Moisture Sorption Isotherms and Thermodynamic Properties of Biodegradable Polymers for Application in Food Packaging Industry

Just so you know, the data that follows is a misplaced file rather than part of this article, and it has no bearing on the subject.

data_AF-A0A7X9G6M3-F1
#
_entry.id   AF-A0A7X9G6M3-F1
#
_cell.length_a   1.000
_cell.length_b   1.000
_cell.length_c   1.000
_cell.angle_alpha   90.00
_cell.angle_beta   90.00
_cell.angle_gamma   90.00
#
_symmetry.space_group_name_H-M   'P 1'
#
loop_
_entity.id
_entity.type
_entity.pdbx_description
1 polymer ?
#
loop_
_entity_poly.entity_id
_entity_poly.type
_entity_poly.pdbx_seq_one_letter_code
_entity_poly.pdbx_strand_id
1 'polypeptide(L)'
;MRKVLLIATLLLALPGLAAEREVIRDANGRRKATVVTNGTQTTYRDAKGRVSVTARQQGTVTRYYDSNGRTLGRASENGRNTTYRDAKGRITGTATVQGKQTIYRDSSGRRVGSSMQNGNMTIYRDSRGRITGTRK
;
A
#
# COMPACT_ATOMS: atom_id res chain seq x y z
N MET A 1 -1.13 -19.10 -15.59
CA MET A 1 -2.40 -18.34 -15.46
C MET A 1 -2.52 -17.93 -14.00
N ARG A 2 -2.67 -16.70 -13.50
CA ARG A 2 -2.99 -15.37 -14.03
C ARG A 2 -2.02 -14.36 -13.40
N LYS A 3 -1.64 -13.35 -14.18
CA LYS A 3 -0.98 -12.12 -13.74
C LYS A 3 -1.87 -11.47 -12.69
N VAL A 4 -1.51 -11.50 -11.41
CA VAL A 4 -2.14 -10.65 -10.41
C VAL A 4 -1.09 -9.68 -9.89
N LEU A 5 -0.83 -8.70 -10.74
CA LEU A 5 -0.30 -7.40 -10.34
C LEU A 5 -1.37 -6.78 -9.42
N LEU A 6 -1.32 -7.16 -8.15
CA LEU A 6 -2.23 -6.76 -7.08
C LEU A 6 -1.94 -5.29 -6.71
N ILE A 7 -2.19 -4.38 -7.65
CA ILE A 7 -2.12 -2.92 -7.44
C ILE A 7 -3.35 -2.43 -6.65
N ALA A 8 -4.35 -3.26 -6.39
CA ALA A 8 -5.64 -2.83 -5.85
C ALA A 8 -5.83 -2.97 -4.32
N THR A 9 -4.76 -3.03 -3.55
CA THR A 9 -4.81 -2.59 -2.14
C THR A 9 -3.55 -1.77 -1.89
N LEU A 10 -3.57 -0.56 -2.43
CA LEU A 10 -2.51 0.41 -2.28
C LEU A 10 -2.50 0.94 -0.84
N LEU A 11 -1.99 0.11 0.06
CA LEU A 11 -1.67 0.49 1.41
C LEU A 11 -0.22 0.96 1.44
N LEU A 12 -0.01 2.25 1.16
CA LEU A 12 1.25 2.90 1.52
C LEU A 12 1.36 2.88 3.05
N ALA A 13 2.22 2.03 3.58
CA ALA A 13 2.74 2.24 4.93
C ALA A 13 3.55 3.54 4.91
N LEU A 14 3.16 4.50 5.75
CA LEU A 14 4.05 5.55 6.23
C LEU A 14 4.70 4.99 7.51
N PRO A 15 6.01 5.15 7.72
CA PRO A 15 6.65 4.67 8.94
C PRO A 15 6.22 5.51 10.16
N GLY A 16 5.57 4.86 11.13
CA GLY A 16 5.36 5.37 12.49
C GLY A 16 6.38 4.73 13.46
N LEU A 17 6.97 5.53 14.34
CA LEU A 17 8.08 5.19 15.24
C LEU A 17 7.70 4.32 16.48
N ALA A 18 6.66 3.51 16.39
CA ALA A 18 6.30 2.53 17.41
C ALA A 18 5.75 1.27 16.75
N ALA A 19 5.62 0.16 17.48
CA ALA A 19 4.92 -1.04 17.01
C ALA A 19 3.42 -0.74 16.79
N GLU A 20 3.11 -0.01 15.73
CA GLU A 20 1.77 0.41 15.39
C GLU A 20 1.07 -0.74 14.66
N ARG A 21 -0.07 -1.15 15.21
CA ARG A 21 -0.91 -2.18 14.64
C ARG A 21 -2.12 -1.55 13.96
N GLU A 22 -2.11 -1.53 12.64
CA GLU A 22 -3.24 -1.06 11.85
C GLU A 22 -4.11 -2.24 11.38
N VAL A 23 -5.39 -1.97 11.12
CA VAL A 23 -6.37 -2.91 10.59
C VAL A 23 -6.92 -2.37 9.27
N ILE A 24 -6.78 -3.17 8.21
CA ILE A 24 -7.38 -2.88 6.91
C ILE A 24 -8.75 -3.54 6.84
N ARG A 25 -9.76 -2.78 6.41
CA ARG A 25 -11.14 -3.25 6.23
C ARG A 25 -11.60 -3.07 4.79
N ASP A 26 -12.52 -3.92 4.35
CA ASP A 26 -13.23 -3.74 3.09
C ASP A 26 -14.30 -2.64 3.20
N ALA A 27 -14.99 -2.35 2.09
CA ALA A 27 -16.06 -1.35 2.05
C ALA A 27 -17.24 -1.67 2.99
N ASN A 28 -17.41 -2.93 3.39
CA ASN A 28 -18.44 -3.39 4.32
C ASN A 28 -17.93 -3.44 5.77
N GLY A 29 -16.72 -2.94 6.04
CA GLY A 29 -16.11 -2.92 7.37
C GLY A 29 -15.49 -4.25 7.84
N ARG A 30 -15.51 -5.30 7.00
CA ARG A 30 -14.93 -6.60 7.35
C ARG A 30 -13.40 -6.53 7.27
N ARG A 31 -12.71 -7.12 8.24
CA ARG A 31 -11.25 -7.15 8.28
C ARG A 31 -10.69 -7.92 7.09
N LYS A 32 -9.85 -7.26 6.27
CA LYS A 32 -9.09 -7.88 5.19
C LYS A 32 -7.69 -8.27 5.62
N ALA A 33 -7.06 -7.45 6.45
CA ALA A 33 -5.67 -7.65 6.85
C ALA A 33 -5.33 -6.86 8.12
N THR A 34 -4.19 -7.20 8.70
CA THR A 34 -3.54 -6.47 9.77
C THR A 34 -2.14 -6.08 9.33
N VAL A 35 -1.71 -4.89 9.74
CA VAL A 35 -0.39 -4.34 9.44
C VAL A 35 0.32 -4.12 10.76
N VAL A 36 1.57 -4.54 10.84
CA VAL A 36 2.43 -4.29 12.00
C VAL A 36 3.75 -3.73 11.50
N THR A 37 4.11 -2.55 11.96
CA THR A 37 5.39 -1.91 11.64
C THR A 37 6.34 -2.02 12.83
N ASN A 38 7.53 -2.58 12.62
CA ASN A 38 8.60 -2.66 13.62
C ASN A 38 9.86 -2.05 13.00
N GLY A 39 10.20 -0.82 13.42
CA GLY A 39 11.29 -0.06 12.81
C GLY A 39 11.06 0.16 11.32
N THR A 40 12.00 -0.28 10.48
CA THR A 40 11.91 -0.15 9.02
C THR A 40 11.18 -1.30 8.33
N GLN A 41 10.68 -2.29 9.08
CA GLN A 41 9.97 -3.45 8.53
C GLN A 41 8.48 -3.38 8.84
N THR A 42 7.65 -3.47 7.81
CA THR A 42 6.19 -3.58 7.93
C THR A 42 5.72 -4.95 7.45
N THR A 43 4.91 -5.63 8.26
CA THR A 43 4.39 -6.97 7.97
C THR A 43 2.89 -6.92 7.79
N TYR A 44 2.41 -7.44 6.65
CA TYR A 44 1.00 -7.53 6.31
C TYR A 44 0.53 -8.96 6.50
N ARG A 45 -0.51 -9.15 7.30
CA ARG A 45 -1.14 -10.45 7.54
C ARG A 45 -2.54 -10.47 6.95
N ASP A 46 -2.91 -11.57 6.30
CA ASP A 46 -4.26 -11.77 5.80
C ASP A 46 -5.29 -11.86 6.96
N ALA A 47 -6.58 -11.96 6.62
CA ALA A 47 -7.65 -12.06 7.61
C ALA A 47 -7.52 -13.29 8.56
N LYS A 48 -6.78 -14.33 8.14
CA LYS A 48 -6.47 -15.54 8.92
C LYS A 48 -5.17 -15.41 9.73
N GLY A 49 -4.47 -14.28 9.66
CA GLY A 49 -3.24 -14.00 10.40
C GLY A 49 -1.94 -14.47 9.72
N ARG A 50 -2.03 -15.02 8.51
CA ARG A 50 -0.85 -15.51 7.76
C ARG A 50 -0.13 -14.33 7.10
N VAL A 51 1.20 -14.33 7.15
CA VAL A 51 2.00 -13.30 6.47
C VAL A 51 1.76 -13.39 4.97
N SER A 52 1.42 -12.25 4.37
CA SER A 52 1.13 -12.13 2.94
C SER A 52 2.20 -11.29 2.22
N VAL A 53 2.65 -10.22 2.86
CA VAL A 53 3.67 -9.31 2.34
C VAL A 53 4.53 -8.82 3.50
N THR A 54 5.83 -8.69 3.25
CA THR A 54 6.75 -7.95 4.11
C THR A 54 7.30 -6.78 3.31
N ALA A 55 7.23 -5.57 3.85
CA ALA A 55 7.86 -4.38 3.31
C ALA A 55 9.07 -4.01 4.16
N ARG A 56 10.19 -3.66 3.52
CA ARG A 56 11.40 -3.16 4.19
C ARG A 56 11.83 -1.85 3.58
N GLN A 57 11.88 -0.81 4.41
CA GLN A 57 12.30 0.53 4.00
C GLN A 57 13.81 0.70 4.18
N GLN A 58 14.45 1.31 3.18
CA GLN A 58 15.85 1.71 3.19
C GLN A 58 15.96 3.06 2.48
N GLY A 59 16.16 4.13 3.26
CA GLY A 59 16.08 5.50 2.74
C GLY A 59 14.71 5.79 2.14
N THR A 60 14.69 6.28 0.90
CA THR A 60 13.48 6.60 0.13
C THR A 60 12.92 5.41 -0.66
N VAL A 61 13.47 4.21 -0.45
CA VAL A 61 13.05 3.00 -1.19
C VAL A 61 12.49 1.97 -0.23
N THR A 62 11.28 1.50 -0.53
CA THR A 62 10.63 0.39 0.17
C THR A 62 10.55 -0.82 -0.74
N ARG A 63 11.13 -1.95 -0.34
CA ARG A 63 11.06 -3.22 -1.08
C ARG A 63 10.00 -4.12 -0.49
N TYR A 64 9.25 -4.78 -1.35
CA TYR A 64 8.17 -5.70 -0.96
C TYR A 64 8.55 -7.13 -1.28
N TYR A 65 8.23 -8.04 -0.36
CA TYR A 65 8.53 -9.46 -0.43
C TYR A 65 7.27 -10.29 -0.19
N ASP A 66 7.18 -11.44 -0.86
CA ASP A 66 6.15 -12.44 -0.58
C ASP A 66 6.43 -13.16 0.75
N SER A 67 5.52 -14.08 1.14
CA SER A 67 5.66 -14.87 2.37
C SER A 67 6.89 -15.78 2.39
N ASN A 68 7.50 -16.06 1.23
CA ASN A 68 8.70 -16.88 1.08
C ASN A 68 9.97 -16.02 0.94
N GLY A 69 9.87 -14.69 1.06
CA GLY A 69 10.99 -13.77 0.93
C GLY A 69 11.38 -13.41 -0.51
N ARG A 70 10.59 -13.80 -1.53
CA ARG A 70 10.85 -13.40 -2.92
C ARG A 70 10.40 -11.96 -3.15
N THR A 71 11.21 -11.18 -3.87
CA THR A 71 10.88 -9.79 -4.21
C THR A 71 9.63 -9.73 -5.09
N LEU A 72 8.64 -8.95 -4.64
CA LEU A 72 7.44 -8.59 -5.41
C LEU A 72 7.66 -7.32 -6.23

This work aims to evaluate the influence of two starch-based materials (B16 and B20) on the moisture sorption isotherms, determined at 30, 40, and 50 &deg;C, where B16 contains 5% (w/w) more starch than B20. Thermodynamic functions (differential enthalpy (&#8710;Hdif), differential entropy (&#8710;Sdif), integral enthalpy (&Delta;hint), integral entropy (&Delta;Sint), free Gibbs energy (&#8710;G), and spreading pressure (&phi;)) were used to understand the water-binding behaviors and the energy requirements to remove the moisture content from the surface of these materials. The moisture sorption isotherms exhibited type III behavior, and the Guggenheim&ndash;Anderson&ndash;de Boer (GAB) model was the most suitable to fit the experimental moisture adsorption data. The adsorption isotherms of microparticles were enthalpy-controlled, with isokinetic temperature values of 221.45 and 279.77 K for B16 and B20, respectively, being higher than the harmonic mean temperature (312.94 K). The values of &#8710;G were positive (45.274 and 44.307 kJmol&minus;1 for B16 and B20, respectively), indicating a non-spontaneous process. The spreading pressure values increased with increasing water activity (aw) for all isotherms. Higher values of &#8710;Hdif and &#8710;Sdif obtained from B16 confirmed its higher number of sorption sites available for binding with water molecules when compared to B20, making it less suitable for application in the food packaging industry.